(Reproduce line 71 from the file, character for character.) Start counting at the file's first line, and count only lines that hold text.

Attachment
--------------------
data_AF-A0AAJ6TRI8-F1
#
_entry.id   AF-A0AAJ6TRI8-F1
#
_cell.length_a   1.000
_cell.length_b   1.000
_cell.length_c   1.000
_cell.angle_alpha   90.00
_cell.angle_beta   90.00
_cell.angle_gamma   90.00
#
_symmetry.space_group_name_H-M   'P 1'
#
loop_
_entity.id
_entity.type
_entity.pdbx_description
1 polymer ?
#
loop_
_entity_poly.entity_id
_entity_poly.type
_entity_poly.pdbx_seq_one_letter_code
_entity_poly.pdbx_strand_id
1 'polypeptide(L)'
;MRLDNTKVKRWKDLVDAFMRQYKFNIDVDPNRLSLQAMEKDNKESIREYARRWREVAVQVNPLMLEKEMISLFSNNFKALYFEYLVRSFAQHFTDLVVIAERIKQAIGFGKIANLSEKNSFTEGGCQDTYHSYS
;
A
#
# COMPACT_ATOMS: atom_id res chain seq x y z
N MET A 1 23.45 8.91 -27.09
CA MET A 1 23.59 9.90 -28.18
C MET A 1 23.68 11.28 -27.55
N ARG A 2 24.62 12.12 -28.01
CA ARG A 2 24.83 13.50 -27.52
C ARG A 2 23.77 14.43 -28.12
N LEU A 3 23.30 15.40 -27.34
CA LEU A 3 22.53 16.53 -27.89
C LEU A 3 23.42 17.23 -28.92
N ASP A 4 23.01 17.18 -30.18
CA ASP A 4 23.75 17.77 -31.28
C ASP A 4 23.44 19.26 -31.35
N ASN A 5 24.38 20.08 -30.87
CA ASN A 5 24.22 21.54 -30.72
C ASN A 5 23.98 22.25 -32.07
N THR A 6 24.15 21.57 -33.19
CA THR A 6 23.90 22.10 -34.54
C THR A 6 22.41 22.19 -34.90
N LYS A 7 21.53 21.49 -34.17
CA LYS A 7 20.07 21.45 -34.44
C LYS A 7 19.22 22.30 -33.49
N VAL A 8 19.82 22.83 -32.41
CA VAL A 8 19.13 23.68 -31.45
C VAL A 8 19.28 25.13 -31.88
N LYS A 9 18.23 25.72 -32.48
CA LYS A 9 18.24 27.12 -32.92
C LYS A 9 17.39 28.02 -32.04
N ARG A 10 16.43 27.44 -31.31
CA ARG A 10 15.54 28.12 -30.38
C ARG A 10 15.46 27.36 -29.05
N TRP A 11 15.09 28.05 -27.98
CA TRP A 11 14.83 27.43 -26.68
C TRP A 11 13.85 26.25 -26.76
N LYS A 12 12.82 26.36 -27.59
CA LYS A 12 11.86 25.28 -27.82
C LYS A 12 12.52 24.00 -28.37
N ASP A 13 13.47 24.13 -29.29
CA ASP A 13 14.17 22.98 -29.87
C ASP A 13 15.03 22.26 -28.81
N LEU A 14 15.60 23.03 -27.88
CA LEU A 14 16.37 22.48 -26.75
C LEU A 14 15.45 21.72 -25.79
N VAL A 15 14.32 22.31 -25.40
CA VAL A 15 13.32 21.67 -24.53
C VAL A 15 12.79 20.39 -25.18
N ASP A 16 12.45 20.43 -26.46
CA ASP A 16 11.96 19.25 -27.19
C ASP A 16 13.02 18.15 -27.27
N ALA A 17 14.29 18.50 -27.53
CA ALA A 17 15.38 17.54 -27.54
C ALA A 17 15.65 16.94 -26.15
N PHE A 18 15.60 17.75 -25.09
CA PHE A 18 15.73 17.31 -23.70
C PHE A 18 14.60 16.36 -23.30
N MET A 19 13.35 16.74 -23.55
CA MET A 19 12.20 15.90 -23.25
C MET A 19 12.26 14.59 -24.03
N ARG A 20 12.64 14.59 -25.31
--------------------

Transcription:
CA LEU A 14 16.37 22.48 -26.75